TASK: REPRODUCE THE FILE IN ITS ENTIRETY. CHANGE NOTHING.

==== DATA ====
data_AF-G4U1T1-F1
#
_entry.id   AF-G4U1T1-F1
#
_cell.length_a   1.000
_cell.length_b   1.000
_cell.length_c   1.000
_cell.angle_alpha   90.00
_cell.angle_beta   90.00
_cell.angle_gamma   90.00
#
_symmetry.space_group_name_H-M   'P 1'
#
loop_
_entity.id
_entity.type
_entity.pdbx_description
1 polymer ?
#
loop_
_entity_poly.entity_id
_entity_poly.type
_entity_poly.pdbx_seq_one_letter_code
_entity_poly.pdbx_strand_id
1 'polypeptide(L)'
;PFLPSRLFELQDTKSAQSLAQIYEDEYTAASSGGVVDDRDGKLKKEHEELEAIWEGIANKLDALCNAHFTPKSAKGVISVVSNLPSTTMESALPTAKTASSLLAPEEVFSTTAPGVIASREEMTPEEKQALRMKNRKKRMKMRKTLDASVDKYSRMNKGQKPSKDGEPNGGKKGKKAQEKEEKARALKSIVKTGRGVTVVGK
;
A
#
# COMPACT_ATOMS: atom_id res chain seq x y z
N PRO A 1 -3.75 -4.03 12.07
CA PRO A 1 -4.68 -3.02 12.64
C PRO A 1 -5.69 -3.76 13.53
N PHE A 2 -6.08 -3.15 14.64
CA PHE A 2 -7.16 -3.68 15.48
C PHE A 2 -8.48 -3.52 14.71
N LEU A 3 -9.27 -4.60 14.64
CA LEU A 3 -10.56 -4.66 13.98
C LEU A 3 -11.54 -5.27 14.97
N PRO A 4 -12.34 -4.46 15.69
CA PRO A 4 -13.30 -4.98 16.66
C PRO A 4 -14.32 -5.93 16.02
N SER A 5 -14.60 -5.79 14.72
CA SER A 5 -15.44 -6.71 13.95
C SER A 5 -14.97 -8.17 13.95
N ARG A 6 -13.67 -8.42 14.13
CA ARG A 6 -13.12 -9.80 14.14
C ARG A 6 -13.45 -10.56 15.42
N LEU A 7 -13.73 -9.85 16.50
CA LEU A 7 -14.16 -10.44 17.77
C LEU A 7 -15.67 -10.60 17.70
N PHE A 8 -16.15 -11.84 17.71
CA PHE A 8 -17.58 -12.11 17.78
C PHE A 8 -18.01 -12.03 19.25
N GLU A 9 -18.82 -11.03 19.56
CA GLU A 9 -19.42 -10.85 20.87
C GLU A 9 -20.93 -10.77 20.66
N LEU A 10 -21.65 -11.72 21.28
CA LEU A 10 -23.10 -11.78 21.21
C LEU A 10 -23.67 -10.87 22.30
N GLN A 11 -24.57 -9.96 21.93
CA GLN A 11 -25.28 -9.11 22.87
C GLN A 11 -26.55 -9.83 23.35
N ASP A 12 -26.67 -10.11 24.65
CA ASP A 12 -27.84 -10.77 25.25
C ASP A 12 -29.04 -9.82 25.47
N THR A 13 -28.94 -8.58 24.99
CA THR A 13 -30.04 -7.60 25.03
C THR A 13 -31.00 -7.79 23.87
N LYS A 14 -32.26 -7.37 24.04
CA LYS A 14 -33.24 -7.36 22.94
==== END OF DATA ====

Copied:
data_AF-G4U1T1-F1
#
_entry.id   AF-G4U1T1-F1
#
_cell.length_a   1.000
_cell.length_b   1.000
_cell.length_c   1.000
_cell.angle_alpha   90.00
_cell.angle_beta   90.00
_cell.angle_gamma   90.00
#
_symmetry.space_group_name_H-M   'P 1'
#
loop_
_entity.id
_entity.type
_entity.pdbx_description
1 polymer ?
#
loop_
_entity_poly.entity_id
_entity_poly.type
_entity_poly.pdbx_seq_one_letter_code
_entity_poly.pdbx_strand_id
1 'polypeptide(L)'
;PFLPSRLFELQDTKSAQSLAQIYEDEYTAASSGGVVDDRDGKLKKEHEELEAIWEGIANKLDALCNAHFTPKSAKGVISVVSNLPSTTMESALPTAKTASSLLAPEEVFSTTAPGVIASREEMTPEEKQALRMKNRKKRMKMRKTLDASVDKYSRMNKGQKPSKDGEPNGGKKGKKAQEKEEKARALKSIVKTGRGVTVVGK
;
A
#
# COMPACT_ATOMS: atom_id res chain seq x y z
N PRO A 1 -3.75 -4.03 12.07
CA PRO A 1 -4.68 -3.02 12.64
C PRO A 1 -5.69 -3.76 13.53
N PHE A 2 -6.08 -3.15 14.64
CA PHE A 2 -7.16 -3.68 15.48
C PHE A 2 -8.48 -3.52 14.71
N LEU A 3 -9.27 -4.60 14.64
CA LEU A 3 -10.56 -4.66 13.98
C LEU A 3 -11.54 -5.27 14.97
N PRO A 4 -12.34 -4.46 15.69
CA PRO A 4 -13.30 -4.98 16.66
C PRO A 4 -14.32 -5.93 16.02
N SER A 5 -14.60 -5.79 14.72
CA SER A 5 -15.44 -6.71 13.95
C SER A 5 -14.97 -8.17 13.95
N ARG A 6 -13.67 -8.42 14.13
CA ARG A 6 -13.12 -9.80 14.14
C ARG A 6 -13.45 -10.56 15.42
N LEU A 7 -13.73 -9.85 16.50
CA LEU A 7 -14.16 -10.44 17.77
C LEU A 7 -15.67 -10.60 17.70
N PHE A 8 -16.15 -11.84 17.71
CA PHE A 8 -17.58 -12.11 17.78
C PHE A 8 -18.01 -12.03 19.25
N GLU A 9 -18.82 -11.03 19.56
CA GLU A 9 -19.42 -10.85 20.87
C GLU A 9 -20.93 -10.77 20.66
N LEU A 10 -21.65 -11.72 21.28
CA LEU A 10 -23.10 -11.78 21.21
C LEU A 10 -23.67 -10.87 22.30
N GLN A 11 -24.57 -9.96 21.93
CA GLN A 11 -25.28 -9.11 22.87
C GLN A 11 -26.55 -9.83 23.35
N ASP A 12 -26.67 -10.11 24.65
CA ASP A 12 -27.84 -10.77 25.25
C ASP A 12 -29.04 -9.82 25.47
N THR A 13 -28.94 -8.58 24.99
CA THR A 13 -30.04 -7.60 25.03
C THR A 13 -31.00 -7.79 23.87
N LYS A 14 -32.26 -7.37 24.04
CA LYS A 14 -33.24 -7.36 22.94